“Great people do things before they’re ready. They do things before they know they can do it. And by doing it, they’re proven right.”
You are reading this because I think there’s something inside of you–and inside of all of us–when we see something and we ponder, “I think I can do it, I think I can do it. But I’m afraid to.”
Bridging that gap, doing what you’re afraid of, getting out of your comfort zone, taking risks like that–THAT is what life is. And I think you might be really good. You might find out something about yourself that’s special. And if you’re not good, who cares? You tried something.”
If we do the same thing over and over, sooner or later we’re going to get bored.
We don’t have to wait for something nice to happen to us; we can be aggressive and do something nice for ourselves.
For many of you, I know this is a new thought that may seem foreign and even unspiritual. But I can assure you that it is part of God’s plan. You can create variety, and it will keep your life more exciting.
I sat with my computer on my lap for about four hours this morning and then stopped for a while to do some other things I needed to do.
When I went back to my writing, I decided to sit in a different part of the house just for variety. I chose a place that had plenty of light where I could look out the window. Simple little things like this cost nothing, but they are very valuable.
No day needs to be ordinary if we realize the gift God is giving us when He gives us another day to live and enjoy. An extraordinary attitude can quickly turn an ordinary day into an amazing adventure. Jesus said He came so that we might have and enjoy life (see John 10:10). If we refuse to enjoy it, then it’s no one’s fault but our own.
I would like to suggest that you take responsibility for your joy and never again give anyone else the job of keeping you happy.
Add a little variety to your life—break up your routine, do something different, and so on. When you do, expect God to meet you and help make your ordinary…extraordinary!
It’s nice to be comfortable; isn’t it? I mean who really enjoys being uncomfortable? We all seek comfort on some level. In fact when you’re out of your comfort zone, your hands shake, you get sweaty, your heart races and other uncomfortable symptoms surface, warning you to get back to what’s “familiar.” Not convinced? Try this….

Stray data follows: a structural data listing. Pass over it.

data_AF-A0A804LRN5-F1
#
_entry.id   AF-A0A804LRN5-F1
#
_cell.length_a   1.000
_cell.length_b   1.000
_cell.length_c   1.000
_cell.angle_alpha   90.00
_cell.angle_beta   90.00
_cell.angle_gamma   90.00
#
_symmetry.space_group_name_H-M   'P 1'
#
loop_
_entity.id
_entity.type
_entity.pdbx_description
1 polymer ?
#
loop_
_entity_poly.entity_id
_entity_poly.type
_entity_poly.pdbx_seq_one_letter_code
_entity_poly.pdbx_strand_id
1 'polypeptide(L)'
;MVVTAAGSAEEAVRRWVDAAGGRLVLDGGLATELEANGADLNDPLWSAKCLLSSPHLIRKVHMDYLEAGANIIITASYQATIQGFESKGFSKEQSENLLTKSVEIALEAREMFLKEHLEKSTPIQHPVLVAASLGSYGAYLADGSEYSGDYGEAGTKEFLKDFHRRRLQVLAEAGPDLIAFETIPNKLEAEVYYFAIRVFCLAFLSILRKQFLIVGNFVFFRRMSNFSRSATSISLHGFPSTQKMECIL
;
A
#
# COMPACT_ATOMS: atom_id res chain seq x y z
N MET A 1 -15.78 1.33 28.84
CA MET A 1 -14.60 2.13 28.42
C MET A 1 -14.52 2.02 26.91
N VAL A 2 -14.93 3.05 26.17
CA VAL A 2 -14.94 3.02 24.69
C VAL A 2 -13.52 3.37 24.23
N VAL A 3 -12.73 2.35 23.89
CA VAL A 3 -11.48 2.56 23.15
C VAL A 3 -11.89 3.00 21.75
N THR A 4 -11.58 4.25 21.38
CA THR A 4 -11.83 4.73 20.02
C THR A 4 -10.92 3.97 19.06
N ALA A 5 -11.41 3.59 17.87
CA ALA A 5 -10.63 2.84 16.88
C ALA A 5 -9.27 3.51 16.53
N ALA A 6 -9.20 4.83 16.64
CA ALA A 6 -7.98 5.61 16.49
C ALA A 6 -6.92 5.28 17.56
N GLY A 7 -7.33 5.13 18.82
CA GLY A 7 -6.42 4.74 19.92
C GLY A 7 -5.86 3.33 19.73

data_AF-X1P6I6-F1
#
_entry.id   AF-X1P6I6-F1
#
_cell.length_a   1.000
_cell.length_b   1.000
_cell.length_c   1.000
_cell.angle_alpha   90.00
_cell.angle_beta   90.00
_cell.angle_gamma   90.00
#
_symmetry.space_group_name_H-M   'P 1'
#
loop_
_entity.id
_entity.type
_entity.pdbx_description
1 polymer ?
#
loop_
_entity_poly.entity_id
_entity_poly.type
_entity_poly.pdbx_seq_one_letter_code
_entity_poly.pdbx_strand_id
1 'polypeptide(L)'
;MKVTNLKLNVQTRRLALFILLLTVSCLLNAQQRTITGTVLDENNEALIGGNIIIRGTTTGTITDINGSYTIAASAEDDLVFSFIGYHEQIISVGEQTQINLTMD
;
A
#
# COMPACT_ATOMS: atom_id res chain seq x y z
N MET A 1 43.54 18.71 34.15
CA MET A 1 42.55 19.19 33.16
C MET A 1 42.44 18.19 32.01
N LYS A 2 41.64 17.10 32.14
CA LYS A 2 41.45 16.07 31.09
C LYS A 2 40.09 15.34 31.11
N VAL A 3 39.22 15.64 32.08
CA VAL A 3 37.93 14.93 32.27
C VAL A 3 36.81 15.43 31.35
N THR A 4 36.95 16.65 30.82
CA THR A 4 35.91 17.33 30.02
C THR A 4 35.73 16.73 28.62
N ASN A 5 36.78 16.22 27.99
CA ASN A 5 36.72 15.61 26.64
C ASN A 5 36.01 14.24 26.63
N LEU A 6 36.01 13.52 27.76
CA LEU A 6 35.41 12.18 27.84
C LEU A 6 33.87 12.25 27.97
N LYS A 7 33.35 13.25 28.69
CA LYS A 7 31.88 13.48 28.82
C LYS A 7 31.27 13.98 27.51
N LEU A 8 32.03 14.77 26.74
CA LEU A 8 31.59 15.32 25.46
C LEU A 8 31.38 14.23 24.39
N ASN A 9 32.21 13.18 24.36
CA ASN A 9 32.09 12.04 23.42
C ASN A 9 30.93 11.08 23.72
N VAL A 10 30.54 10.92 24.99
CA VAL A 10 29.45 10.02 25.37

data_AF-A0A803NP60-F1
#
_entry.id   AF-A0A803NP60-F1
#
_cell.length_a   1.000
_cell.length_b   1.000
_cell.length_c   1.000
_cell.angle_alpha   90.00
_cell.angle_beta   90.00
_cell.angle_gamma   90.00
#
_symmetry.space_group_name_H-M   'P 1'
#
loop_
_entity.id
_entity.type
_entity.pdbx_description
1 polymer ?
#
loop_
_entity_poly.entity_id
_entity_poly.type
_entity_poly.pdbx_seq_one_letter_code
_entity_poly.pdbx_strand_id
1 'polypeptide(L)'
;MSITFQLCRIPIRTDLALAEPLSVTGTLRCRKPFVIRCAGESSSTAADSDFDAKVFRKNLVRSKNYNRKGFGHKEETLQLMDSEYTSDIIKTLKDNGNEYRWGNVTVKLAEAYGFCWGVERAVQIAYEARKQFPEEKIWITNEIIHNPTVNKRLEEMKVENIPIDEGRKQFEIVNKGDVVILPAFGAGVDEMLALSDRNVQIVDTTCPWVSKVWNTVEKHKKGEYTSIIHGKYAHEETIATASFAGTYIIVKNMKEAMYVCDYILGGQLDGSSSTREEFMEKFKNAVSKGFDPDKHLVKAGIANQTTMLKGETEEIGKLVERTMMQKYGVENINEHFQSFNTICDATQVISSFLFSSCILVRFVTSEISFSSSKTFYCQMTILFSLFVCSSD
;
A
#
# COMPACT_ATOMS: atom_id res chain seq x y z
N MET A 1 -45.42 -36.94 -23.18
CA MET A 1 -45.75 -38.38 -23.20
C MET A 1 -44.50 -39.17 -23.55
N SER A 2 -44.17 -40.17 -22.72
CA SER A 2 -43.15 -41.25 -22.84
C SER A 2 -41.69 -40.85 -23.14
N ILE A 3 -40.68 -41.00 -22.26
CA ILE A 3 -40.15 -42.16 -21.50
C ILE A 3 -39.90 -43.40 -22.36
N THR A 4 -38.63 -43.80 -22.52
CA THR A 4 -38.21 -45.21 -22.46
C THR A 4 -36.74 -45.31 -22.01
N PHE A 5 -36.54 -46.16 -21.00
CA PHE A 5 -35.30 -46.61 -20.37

Fold your arms in front of you like you normally and comfortably do. Take a moment to do a visual inventory. Which arm is on top? Which is below? Do you have open hands or fists? Are your hands visible or tucked away? Now take your mental picture of “normal,” only this time, refold your arms in the exact opposite direction. Yep…do every position completely opposite. It’s hard, isn’t it? You really have to think about it! More than that, how does it feel to you?
When I do this exercise with groups, most people moan that it feels odd or uncomfortable. When I ask what they’d like to do next, they inevitably admit, “Go back to normal!”
Habits are a great way of keeping you in a comfortable routine.
With all the information and activity you need to manage on a constant basis, habits allow for regular behavior patterns that involve little to no conscious thought at all. Getting out of bed, brushing your teeth, driving daily to work, and all those other “non-essential thinking” activities, afford you the leisure of functioning with minimal stress and effort. The bad news is habits, even good ones that served you well in the past, can get in the way of your next-level living.
It’s obvious how bad habits stunt your potential, and there’s plenty of good information on how to break them. What’s often harder to discern are the “good” habits keeping you stuck where you are. Why? We often believe and tell ourselves it’s what we’re presently doing that’s worked so well and created our success….and, likely, it is! But the more comfortable we are at being good at something, the harder it often is to be great.
I witness this time and again when working within organizations and with highly successful people. It’s not that they lack the potential to do better; they’ve just locked on to particular habits or processes they feel insured their past successes.
And a principle of human behavior is when you lock on to some particular way of behaving or looking at things, you also lock out the other ways. That’s how you’re wired; that’s how the minds works.
As long as you’re satisfied with maintaining your current outcomes, and all other factors in your environment remain constant, then your current habits can be a benefit. The problem is nothing remains constant. Factors are always changing. And at some point, the law of diminishing returns sets in. Just like athletes who plateau from muscle memory and stagnated growth, your routines that created ease and comfort eventually work against you. You know the saying, “If you always do what you’ve always done, you’ll always get what you’ve always got.” It’s a truism that works against goal-setting, next-level living, and changing from glory to glory (2 Corinthians 3:18). Habits have a way of ensnaring and enslaving you.
Now it’s essential to lock on to good habits; otherwise, you’d never take any action or see any significant change. You just need to be aware that the habits you’ve locked onto are keeping you YOU.
Growth and change require you to consciously break free of routines, even good ones, so you can explore the vast opportunities of potential and possibilities that God has uniquely provided for you.